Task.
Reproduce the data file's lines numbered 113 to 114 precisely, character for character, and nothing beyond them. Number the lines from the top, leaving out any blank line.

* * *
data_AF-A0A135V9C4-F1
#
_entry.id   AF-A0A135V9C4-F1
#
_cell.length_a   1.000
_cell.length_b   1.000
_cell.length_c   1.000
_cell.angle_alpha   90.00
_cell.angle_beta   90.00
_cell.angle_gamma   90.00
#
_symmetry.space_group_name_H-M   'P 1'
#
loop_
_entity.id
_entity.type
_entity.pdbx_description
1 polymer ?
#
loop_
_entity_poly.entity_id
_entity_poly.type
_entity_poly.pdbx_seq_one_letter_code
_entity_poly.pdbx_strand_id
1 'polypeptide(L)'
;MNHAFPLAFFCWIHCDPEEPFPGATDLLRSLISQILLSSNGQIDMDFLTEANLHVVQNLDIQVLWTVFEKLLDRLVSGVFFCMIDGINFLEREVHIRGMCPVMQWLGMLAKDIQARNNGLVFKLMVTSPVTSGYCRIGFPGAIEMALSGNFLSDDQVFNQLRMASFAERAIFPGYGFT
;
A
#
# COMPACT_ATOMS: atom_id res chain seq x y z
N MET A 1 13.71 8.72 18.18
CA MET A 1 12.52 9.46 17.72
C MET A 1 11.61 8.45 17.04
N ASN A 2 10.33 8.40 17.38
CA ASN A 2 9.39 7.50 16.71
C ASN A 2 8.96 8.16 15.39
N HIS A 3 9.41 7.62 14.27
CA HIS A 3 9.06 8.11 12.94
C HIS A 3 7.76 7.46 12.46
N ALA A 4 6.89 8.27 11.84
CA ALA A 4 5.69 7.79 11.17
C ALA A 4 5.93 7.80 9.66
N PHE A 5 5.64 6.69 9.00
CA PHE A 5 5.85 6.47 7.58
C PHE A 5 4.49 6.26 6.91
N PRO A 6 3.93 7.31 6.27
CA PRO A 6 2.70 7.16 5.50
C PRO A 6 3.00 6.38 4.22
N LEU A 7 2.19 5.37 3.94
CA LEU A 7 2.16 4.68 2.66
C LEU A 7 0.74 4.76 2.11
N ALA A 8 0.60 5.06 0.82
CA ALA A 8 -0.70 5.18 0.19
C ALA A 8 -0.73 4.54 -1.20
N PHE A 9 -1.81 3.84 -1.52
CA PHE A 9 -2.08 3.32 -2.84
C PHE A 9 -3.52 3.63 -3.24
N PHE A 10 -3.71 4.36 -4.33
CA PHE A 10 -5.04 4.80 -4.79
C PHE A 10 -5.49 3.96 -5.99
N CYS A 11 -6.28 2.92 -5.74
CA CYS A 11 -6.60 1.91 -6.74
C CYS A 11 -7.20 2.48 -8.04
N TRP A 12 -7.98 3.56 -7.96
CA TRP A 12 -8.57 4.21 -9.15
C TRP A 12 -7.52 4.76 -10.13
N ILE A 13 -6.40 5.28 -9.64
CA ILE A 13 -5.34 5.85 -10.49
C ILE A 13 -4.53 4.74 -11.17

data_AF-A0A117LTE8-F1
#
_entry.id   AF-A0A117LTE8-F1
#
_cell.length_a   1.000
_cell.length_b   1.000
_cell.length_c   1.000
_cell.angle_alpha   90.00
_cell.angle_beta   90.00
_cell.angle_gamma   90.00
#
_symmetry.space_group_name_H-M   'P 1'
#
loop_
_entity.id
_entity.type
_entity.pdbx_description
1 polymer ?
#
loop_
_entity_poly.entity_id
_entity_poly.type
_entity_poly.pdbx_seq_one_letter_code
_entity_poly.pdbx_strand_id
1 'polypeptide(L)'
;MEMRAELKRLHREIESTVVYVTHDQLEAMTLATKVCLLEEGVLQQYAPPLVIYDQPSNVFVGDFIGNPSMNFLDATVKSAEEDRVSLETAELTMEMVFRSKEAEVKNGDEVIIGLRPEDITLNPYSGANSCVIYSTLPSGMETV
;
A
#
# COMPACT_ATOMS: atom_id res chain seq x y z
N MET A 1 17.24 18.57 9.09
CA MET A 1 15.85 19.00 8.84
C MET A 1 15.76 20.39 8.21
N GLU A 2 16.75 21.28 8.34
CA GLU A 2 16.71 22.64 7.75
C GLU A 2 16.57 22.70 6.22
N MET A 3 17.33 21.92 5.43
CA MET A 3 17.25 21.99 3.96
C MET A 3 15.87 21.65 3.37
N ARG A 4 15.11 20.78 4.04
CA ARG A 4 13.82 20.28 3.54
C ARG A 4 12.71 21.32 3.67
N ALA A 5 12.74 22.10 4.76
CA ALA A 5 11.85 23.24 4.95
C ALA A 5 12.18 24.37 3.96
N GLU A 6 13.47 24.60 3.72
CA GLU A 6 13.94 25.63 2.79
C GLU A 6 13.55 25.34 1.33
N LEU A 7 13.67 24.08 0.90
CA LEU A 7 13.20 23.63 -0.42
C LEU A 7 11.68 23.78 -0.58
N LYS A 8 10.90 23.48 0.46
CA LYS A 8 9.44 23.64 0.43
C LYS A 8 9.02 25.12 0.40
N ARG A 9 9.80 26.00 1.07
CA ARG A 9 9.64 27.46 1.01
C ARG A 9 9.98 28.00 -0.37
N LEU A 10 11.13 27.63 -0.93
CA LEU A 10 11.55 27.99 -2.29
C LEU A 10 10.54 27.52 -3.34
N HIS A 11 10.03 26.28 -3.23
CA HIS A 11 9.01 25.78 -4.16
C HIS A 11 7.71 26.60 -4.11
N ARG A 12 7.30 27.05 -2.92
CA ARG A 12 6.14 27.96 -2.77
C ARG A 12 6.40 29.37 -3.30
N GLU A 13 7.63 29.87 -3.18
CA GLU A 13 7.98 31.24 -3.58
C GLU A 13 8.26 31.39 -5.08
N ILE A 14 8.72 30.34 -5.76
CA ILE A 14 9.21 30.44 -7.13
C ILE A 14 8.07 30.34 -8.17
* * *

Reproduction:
CA ALA A 5 11.85 23.24 4.95
C ALA A 5 12.18 24.37 3.96